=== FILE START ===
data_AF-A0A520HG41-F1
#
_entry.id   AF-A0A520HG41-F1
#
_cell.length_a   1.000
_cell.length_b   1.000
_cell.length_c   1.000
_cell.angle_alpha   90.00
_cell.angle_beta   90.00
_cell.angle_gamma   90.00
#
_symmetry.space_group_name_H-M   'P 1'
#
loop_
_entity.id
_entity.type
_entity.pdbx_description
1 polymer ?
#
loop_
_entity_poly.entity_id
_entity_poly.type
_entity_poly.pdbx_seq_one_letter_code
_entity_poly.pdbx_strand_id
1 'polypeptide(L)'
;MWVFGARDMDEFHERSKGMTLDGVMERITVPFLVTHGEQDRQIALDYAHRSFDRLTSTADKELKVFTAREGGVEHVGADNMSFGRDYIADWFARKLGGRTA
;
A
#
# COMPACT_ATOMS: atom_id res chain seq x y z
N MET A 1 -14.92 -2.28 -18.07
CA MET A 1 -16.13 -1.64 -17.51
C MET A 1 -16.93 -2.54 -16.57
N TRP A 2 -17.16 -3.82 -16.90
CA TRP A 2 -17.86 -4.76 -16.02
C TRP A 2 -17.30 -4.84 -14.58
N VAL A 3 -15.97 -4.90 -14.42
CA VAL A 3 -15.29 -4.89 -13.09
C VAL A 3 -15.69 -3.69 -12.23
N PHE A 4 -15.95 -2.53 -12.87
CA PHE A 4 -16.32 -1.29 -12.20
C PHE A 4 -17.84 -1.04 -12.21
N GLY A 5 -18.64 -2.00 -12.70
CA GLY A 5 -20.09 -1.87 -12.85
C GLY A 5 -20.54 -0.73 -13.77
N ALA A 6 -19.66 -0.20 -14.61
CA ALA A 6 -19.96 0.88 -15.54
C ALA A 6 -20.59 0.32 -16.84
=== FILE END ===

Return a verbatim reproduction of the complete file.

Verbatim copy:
data_AF-A0A520HG41-F1
#
_entry.id   AF-A0A520HG41-F1
#
_cell.length_a   1.000
_cell.length_b   1.000
_cell.length_c   1.000
_cell.angle_alpha   90.00
_cell.angle_beta   90.00
_cell.angle_gamma   90.00
#
_symmetry.space_group_name_H-M   'P 1'
#
loop_
_entity.id
_entity.type
_entity.pdbx_description
1 polymer ?
#
loop_
_entity_poly.entity_id
_entity_poly.type
_entity_poly.pdbx_seq_one_letter_code
_entity_poly.pdbx_strand_id
1 'polypeptide(L)'
;MWVFGARDMDEFHERSKGMTLDGVMERITVPFLVTHGEQDRQIALDYAHRSFDRLTSTADKELKVFTAREGGVEHVGADNMSFGRDYIADWFARKLGGRTA
;
A
#
# COMPACT_ATOMS: atom_id res chain seq x y z
N MET A 1 -14.92 -2.28 -18.07
CA MET A 1 -16.13 -1.64 -17.51
C MET A 1 -16.93 -2.54 -16.57
N TRP A 2 -17.16 -3.82 -16.90
CA TRP A 2 -17.86 -4.76 -16.02
C TRP A 2 -17.30 -4.84 -14.58
N VAL A 3 -15.97 -4.90 -14.42
CA VAL A 3 -15.29 -4.89 -13.09
C VAL A 3 -15.69 -3.69 -12.23
N PHE A 4 -15.95 -2.53 -12.87
CA PHE A 4 -16.32 -1.29 -12.20
C PHE A 4 -17.84 -1.04 -12.21
N GLY A 5 -18.64 -2.00 -12.70
CA GLY A 5 -20.09 -1.87 -12.85
C GLY A 5 -20.54 -0.73 -13.77
N ALA A 6 -19.66 -0.20 -14.61
CA ALA A 6 -19.96 0.88 -15.54
C ALA A 6 -20.59 0.32 -16.84